How woke corporate Australia is threatening our national security

Although the quintessential left-wing activist one usually envisions is an inner-city, champagne-sipping, non-prescription glasses wearing virtue-signaller, it appears the real threat to this country comes from the highest peaks of corporate Australia.

However, as with most things in this corner of the world, the infliction of corporate activism didn’t start here.

Instead, its derived from United States and its most powerful institutions including the Federal Reserve – the mob responsible for printing the world reserve currency and setting global interest rates.

As opposed to addressing concerns about how almost 25% of all US dollars ever created were printed in 2020, the Federal Reserve has decided to ramp up its analysis of climate change as a critical source of financial system risk.

Contradicting its longstanding mandate to “promote maximum employment, stable prices and moderate long-term interest rates”, the Fed has announced the formation of a new “Financial Stability Climate Committee” to study the consequences of a warming atmosphere.

According to its Governor, Lael Brainard, “even well-informed investors could underestimate the likelihood of large shocks related to climate change, resulting in systematic mispricing of risk.”

As such, Brainard has tasked her new brainchild – the Financial Stability Climate Committee – to identify climate risks and put together a program to address them.

What could possibly go wrong?

Having such a powerful institution going down the path of manipulating markets to fulfil the green agenda, its inevitable Australian organisations will follow.

Just this week alone, we saw Australia richest man, Twiggy Forrest speak of how he “decided he was not going to leave the world to these clowns,” in reference to several CEOs of major oil and gas companies he met at the World Economic Forum in Davos last year.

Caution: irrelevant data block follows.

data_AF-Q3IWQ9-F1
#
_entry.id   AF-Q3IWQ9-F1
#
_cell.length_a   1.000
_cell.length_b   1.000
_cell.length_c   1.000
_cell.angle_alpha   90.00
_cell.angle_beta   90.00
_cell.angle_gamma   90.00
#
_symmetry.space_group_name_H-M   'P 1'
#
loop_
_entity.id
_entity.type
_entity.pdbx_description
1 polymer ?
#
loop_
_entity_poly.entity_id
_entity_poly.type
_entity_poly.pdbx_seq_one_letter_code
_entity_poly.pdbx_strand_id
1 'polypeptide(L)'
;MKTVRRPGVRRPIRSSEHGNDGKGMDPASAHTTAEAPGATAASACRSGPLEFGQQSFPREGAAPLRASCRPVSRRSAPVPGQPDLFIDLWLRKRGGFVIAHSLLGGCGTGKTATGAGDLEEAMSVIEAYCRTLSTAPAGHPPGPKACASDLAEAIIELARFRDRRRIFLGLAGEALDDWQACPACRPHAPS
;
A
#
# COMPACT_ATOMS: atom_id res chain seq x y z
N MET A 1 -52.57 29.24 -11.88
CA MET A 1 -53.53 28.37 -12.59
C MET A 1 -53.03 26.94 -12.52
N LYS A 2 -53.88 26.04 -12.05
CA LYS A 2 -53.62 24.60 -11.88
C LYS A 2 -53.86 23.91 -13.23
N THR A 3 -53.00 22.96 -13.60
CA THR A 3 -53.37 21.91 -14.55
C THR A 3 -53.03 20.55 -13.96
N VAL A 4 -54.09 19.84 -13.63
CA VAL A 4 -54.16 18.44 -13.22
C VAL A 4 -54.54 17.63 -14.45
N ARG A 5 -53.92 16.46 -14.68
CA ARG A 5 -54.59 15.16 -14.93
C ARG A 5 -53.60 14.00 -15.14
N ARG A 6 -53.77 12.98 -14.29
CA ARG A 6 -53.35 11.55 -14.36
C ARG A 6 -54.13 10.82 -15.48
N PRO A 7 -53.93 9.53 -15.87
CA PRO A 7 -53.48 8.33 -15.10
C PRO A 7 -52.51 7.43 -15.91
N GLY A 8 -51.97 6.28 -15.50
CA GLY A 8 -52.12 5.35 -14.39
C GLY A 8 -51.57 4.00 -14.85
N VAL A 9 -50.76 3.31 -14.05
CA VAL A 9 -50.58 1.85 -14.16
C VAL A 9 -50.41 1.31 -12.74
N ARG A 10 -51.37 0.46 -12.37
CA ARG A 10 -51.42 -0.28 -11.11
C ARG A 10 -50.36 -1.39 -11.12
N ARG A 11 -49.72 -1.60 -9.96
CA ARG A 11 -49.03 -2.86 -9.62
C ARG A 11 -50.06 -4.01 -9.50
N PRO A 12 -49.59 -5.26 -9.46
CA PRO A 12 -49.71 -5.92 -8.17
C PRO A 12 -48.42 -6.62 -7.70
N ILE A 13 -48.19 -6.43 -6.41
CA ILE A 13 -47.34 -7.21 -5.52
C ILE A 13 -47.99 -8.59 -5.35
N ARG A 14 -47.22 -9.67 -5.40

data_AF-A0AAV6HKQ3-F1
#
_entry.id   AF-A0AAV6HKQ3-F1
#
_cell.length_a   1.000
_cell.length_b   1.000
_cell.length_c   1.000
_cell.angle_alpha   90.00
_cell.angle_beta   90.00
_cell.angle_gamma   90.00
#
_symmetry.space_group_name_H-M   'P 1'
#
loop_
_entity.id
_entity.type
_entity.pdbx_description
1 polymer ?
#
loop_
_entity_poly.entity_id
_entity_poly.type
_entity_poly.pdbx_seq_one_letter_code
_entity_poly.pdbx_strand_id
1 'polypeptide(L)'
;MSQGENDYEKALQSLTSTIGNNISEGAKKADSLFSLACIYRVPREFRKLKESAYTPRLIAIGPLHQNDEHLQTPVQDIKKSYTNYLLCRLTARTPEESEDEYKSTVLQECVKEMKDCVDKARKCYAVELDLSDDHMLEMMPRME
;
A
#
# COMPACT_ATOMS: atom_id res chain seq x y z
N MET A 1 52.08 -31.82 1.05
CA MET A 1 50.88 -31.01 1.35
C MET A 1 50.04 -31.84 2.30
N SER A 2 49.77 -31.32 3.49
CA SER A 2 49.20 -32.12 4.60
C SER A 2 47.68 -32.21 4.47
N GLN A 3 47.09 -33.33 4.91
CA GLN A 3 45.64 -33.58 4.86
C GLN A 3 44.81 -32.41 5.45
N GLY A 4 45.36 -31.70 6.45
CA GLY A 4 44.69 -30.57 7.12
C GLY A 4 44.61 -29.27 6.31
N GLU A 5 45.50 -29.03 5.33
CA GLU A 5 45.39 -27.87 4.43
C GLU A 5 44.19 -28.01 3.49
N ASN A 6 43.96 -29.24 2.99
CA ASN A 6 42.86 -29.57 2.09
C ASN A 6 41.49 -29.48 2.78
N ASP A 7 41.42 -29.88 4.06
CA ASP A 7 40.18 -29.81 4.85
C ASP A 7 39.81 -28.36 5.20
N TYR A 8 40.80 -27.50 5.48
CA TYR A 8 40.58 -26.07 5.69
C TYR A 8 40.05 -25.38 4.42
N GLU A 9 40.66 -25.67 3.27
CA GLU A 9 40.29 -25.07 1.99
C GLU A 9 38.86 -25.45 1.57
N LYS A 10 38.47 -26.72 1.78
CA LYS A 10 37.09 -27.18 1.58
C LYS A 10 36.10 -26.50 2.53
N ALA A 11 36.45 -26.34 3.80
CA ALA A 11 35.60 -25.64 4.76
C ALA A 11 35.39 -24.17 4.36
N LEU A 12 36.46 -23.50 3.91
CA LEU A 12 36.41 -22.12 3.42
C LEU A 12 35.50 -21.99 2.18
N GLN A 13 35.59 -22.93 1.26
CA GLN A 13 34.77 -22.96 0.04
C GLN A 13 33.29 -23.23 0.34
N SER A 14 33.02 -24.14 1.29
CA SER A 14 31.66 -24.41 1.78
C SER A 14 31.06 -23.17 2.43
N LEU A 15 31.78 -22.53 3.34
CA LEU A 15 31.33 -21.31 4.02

According to Forrest, he was concerned the CEOs were nervous about how difficult it’d be to reduce carbon emissions to avoid rising temperatures, and responded by asserting the change is almost “violent” in the scale of the upheaval and occurring far more quickly than most realise.

Then came Australia’s non-existent automotive industry.

Ignoring the shameful destruction of our car industry by high energy prices, belligerent unions and apathetic government, Federal Chamber of Automotive Industries Chief Executive, Tony Weber said annual reductions in carbon emissions by major car brands will be critical in Australia’s efforts to meet its Paris obligations.

In fact, Weber said “we would be pleased if the federal government adopted our industry target as a part of the ambition to reduce emissions in the transport sector.”

What is this bloke talking about? Australia hasn’t even made a car since 2017!

Next was ANZ – which even after committing to net zero emissions and refusing finance to new coal mines, power stations and the Port of Newcastle - has come under fire by environmental activists for daring to loan $15.2 billion to 57 high-emitting companies over the past five years.

Just as AGL is under pressure to divest or split out its Loy Yang A coal-fired power plant in Victoria to reduce its carbon footprint and gain a rerating as a greener energy operator.

This rubbish has now gone so far, there are even people exclusively employed to assess climate risk for businesses.

As David McEwen, a director of climate risk consultants Adaptive Capability says, businesses need to reduce the risk of natural disasters affecting their operations as “one in 100-year events may become one in 50-, or 20- or even 10-year events within the next few decades.”

What these corporates, in their air-conditioned Sydney, Melbourne and Brisbane offices fail to understand is that Australia can’t operate exclusively as a service-based economy.

At the end of the day, a service-based economy requires an industrial base to underpin it; and an industrial base in a high-wage economy is impossible without cheap energy derived from coal-fired power plants or nuclear reactors.

Perhaps, only when the CEOs, consultants and activists finally lose their jobs like so many blue-collar Australian workers have, they’ll finally come to terms with this inconvenient truth.